Anopheles species and malaria transmission risk in a highland area, south-central Ethiopia
Not peer reviewed
MetadataShow full item record
Malaria is a growing public health problem in Butajira area, a highland in south-central Ethiopia. However, the occurrence of vectors and the entomological aspects of the disease remain poorly described. This thesis describes abundance, host feeding preference, resting behaviour and entomological inoculation rates (EIRs) of Anopheles mosquitoes in low- (Hobe), mid- (Dirama) and high- (Wurib) altitude villages of the area. Housing conditions and the exposure of households to the bite of Anopheles arabiensis are also described. A larval survey and collection were undertaken in the villages following standard entomological methods to describe breeding habitats and their dynamics. Habitats were characterized and late larval instars were identified to species. Adult mosquitoes were sampled from indoors and outdoors and identified to species, and their host preferences and sporozoite infection rates were determined. From larval and adult collections 10 and nine Anopheles species, respectively, were identified. During the dry seasons, the streams serve as the main breeding habitats of Anopheles mosquitoes, including An. arabiensis. The occurrence of immature An. arabiensis was correlated positively with habitat temperature (r = 0.33, p < 0.05) and negatively with habitat depth (r = -0.56; p < 0.05). Adult An. arabiensis fed on human and cattle with a similar preference. From CDC light trap catches, the annual P. falciparum EIR for An. arabiensis was 3.7 in the first year (July 2008 -June 2009) in the low-altitude village, while in the same village, the annual P. falciparum EIR was zero in the second year (July 2009 - June 2010). The annual P. vivax EIR for An. arabiensis was 33 in the first year and 14.5 in the second. Sporozoite-positive An. arabiensis and An. pharoensis were caught inside houses closer to streams. Moreover, houses located in the low-altitude village, and in mid-altitude houses with open eaves, were associated with a high density of indoor-resting An. arabiensis. The density of An. arabiensis larvae and the densities of adult An. arabiensis and An. pharoensis, including sporozoite-positive ones, decreased with an increasing altitude starting from the low-altitude village, whereas densities of the other anophelines increased with an increase in altitude.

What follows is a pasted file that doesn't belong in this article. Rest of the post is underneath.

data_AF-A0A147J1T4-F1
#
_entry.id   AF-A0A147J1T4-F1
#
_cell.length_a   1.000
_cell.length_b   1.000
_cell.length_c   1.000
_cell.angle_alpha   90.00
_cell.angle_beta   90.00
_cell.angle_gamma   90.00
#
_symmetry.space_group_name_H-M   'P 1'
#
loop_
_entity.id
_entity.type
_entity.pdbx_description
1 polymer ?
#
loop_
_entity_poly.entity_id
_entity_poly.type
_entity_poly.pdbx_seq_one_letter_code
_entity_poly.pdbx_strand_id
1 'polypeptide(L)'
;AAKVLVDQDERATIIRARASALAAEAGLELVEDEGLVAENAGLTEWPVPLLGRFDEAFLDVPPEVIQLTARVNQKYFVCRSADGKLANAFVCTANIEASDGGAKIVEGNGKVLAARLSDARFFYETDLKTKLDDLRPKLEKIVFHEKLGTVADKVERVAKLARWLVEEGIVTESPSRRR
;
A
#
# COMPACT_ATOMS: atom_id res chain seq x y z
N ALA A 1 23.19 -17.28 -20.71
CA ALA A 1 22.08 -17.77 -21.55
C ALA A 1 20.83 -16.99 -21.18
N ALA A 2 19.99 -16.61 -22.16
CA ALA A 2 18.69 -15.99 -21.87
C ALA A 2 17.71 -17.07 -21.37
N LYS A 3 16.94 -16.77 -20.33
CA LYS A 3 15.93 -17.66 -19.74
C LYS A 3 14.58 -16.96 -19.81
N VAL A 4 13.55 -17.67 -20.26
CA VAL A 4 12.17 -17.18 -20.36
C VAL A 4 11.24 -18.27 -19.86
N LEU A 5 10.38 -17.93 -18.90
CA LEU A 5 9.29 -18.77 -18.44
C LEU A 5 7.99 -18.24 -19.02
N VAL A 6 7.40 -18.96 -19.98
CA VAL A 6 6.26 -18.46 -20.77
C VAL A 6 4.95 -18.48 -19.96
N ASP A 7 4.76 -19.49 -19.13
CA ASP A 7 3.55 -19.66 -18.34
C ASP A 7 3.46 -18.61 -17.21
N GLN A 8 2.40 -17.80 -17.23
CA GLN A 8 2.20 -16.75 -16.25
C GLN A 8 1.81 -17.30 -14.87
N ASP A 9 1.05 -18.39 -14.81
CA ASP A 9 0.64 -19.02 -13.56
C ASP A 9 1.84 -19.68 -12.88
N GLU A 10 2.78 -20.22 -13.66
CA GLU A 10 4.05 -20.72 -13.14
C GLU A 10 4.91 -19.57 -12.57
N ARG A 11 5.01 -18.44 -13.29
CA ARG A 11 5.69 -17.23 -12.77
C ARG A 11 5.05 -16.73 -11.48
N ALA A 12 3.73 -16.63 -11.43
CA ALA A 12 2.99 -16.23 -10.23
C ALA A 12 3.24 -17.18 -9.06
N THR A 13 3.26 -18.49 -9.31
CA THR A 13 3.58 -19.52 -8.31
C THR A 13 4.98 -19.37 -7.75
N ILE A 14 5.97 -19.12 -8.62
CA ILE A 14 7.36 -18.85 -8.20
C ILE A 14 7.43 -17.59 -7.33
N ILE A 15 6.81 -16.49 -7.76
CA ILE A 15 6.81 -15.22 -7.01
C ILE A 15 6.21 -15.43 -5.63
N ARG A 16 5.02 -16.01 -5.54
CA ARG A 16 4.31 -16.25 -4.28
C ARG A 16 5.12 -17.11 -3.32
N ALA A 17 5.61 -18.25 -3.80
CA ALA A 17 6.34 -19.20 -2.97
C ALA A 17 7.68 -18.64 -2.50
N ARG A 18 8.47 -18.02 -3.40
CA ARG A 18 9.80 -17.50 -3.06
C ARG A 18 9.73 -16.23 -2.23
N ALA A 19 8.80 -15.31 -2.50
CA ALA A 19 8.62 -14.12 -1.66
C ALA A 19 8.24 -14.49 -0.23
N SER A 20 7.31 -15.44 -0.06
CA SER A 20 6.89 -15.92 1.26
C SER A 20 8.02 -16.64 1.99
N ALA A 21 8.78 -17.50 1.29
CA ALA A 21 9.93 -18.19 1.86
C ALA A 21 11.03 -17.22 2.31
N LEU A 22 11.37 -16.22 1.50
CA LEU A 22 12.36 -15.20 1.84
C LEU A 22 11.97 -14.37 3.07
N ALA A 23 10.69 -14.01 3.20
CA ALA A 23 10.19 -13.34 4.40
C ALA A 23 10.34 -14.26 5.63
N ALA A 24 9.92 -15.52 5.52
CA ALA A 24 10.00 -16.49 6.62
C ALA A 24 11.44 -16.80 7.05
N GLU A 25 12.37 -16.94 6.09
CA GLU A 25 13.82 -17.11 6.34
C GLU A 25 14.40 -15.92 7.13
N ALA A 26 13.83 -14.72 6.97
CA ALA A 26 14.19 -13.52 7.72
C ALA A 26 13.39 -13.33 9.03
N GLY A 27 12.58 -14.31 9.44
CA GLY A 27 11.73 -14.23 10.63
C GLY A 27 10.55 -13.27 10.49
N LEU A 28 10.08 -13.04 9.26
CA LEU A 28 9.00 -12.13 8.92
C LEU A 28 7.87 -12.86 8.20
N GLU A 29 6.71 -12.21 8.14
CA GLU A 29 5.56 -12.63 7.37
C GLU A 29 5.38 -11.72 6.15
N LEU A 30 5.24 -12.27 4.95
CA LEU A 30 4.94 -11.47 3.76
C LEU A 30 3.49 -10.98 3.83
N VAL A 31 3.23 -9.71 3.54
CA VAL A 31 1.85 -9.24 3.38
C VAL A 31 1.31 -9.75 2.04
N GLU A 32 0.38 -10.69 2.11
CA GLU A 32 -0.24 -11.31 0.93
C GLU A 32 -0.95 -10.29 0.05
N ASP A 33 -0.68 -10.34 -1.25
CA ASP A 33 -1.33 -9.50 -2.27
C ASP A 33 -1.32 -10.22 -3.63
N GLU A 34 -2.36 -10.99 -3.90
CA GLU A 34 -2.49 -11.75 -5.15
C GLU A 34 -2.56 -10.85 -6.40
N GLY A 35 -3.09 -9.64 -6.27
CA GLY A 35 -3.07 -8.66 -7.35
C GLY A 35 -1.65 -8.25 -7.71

Paper I: Abebe Animut, Teshome Gebre-Michael, Meshesha Balkew and Bernt Lindtjørn. Abundance and dynamics of anopheline larvae in a highland malarious area of south-central Ethiopia. Parasites and Vectors 2012, 5: 117. The article is available at: http://hdl.handle.net/1956/8586Paper II: Abebe Animut, Meshesha Balkew, Teshome Gebre-Michael and Bernt Lindtjørn. Blood meal sources and entomological inoculation rates of anophelines along a highland altitudinal transect in south-central Ethiopia. Malaria Journal 2013, 12: 76. The article is available at: http://hdl.handle.net/1956/8282Paper III: Abebe Animut, Meshesha Balkew and Bernt Lindtjørn. Impact of housing condition on indoor-biting and indoor-resting Anopheles arabiensis density in a highland area, central Ethiopia. Malaria Journal 2013, 12: 393. The article is available at: http://hdl.handle.net/1956/8348
PublisherThe University of Bergen
Copyright the author. All rights reserved.